Plastics, the petroleum-based, very poorly degradable polymers, make up almost everything in our society from water bottles, food packing, disposable utensils to medical supplies, automobile parts, and electronics.
Scientists are working against the clock to come up with substitutes before plastic wastes jampack our landfills and smear over the oceans. Among many alternatives, polyhydroxyalkanoates (PHAs) stand out due to their biodegradability in the natural environment. These microbe-derived polyesters are products of bacterial fermentation of sugars or lipids, and they serve as both a source of energy and a storage place for carbon in microorganisms.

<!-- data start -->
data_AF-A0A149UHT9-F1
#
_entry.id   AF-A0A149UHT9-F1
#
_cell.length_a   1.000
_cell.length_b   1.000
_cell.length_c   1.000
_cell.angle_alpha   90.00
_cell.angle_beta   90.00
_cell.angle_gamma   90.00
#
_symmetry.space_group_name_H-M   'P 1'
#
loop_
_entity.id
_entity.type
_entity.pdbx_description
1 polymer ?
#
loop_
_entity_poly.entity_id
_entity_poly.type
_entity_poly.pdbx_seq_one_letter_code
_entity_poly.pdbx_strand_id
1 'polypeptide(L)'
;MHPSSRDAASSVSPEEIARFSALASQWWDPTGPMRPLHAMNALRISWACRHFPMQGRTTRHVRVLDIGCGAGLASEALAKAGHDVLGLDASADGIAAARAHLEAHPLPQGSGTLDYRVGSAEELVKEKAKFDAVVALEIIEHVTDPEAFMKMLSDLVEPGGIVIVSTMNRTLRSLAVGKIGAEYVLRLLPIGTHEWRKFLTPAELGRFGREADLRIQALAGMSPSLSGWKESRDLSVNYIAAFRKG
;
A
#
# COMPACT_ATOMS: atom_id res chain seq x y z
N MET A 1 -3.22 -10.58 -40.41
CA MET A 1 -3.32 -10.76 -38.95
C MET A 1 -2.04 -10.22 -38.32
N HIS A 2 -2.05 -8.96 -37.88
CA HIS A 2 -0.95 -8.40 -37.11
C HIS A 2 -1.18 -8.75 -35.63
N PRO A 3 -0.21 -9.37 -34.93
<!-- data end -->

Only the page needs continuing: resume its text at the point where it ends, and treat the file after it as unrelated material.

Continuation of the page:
The eco-friendly nature makes PHAs prime candidates for making bioplastics. Mango Materials, a San Francisco-based startup, took the idea one step further: they produce PHAs using methane, a potent greenhouse gas and omnipresent waste in sewages and landfills, as feedstock.
Although their production is still in the early phase, the company is working on scaling up the processes. If they succeed in mass production of the PHAs-based bioplastics, the plastics industry will soon see transformative revolution.
Source: Seeker via Youtube